Negativity surrounds Hughes but he can succeed at Stoke
By Oliver Wilson
Stoke City lost a great manager at the end of this season. While many may not like the style of football that Tony Pulis brought to the Britannia during his eight-year spell in charge of the club, few can argue that what the little known manager did with a struggling Championship side and turning it into a established, mid-table, Premier League club is one of modern football's great success stories.
Arguably, the peak of their success under Pulis was their trip to Valencia in the knockout rounds of the Europa League or, of course, their incredible journey to the FA Cup final that gave them that Europa League birth. Die-hard Potters fans, though, will be able to pinpoint many more moments that have brought a tear to their eyes and all will surely give a moments thought to the man responsible for the most successful period in the club’s history.
Now, though, a new chapter has begun in the history books of the Potters with Tony Pulis and the club he enjoyed two spells at, parting ways for a second, and we assume, final time. Who though could be the man to take over the role? Who would be able to walk in Tony’s shoes and epitomize the style and attitude of a whole football club in their character and mannerisms?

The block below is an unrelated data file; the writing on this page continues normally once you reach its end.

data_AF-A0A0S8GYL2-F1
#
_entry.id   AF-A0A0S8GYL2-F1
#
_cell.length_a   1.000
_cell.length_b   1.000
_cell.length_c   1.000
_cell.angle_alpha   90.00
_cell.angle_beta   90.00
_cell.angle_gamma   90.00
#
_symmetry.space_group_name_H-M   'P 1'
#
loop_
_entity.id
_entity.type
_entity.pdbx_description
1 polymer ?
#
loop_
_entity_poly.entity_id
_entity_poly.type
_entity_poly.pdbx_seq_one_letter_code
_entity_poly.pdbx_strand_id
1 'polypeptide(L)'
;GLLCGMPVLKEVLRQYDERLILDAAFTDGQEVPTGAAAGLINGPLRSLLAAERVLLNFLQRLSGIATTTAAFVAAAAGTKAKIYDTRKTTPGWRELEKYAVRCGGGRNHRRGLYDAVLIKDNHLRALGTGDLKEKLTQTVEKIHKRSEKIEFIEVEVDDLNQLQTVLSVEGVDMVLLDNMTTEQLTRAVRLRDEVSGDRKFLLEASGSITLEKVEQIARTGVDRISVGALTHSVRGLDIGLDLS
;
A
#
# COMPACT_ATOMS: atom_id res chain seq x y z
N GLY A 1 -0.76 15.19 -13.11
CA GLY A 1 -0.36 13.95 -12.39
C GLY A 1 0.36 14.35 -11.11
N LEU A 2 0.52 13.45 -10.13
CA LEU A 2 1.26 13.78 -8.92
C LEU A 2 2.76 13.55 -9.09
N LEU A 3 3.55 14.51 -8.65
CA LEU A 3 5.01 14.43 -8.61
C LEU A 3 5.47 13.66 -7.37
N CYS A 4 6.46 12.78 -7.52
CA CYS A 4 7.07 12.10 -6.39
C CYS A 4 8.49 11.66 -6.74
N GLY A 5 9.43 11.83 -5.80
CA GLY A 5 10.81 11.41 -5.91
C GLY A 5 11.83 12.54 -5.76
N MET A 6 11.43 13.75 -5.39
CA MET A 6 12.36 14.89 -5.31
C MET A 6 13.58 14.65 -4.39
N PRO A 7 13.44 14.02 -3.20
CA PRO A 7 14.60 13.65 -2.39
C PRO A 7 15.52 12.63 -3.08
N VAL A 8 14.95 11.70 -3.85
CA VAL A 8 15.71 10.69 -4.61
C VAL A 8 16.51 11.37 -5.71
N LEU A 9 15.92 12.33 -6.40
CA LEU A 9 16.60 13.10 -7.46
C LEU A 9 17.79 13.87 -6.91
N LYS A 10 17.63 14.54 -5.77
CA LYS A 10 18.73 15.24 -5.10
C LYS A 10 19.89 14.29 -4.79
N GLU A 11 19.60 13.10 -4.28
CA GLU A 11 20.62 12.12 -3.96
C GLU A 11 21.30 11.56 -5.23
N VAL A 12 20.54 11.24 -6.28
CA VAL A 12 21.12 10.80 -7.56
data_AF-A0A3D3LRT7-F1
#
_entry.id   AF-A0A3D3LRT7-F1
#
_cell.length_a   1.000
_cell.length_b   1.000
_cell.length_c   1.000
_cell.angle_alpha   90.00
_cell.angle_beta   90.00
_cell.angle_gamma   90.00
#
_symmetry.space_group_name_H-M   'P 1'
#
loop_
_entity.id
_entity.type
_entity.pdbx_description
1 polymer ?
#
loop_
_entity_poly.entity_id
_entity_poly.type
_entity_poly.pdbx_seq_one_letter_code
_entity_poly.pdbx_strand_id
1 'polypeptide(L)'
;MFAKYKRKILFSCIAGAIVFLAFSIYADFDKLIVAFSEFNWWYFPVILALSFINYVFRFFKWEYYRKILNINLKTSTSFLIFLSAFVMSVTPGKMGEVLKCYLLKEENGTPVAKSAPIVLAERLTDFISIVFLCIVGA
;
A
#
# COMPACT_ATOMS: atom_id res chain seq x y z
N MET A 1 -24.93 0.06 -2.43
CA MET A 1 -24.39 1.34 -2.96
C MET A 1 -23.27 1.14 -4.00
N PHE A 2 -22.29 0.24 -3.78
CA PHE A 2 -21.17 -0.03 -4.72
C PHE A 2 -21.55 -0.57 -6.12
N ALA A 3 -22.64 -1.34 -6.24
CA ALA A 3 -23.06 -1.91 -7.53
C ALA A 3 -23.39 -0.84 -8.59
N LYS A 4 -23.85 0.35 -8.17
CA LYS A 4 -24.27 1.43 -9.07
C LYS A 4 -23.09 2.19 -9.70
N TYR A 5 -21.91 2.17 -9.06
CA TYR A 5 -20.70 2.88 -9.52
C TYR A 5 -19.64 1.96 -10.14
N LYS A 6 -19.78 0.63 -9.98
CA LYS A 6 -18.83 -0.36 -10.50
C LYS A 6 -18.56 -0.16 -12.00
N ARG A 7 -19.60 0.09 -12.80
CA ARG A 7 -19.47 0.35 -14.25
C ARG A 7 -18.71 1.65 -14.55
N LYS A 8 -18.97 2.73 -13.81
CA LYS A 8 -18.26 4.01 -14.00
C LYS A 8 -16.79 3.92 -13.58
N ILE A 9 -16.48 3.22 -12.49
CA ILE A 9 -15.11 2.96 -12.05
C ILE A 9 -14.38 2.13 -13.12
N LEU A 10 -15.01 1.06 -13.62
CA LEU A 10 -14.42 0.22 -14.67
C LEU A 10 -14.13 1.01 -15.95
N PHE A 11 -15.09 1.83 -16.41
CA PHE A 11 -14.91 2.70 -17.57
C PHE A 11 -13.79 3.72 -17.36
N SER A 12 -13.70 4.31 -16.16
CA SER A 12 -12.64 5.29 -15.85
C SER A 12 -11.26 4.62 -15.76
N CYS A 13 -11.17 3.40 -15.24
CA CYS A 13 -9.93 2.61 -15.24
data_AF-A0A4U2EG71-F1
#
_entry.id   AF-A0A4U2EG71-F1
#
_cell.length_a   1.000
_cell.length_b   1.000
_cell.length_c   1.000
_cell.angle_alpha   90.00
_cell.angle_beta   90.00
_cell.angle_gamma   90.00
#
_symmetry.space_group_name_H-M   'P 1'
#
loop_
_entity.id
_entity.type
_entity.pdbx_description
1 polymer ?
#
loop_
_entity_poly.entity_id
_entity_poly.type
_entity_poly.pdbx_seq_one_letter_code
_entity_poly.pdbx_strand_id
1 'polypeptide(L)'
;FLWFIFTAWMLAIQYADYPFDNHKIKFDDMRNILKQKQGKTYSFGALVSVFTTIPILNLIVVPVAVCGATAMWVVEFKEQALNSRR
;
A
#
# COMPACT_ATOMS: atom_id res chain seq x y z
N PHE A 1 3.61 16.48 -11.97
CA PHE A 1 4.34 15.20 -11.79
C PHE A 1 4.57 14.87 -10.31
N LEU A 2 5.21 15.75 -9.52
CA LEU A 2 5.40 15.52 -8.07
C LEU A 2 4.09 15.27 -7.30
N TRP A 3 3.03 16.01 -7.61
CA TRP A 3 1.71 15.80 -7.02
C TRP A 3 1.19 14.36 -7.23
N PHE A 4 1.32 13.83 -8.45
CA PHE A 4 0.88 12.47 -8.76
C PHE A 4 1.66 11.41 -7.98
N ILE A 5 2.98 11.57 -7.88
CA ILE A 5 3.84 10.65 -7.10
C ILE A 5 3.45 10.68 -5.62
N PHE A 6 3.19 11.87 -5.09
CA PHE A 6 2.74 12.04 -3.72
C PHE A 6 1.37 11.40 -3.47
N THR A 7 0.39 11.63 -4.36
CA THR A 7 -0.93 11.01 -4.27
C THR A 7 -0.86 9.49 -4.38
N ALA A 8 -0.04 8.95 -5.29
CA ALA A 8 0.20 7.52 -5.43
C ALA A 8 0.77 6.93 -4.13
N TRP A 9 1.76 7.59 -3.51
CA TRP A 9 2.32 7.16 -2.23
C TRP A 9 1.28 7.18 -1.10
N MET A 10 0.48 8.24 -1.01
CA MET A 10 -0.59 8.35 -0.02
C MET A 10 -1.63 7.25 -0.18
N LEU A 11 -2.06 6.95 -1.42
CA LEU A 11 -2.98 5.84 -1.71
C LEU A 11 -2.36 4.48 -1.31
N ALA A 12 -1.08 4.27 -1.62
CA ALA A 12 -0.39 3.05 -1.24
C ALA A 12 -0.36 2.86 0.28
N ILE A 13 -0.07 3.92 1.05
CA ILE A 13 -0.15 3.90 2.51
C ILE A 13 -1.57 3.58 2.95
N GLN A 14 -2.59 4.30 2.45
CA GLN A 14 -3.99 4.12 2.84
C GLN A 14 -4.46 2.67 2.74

Enter Mark Hughes.
A hero to Manchester United fans, the manager of Manchester City as the money come rolling in, a former coach of his national side, Wales, and a footballer who played over 600 games across Europe during a career that spanned over 20 years. To say Mark Hughes has seen almost everything in football would not be an understatement.
He won 15 pieces of silverware before entering management with the Welsh national team and took them as close as they’ve been to a World Cup Finals tournament, losing to Russia in a qualification playoff. Things started well for the man affectionately known as Sparky, so why were some Stoke fans already preparing their ‘Hughes Out’ banners before their new manager had even signed on the dotted line this week?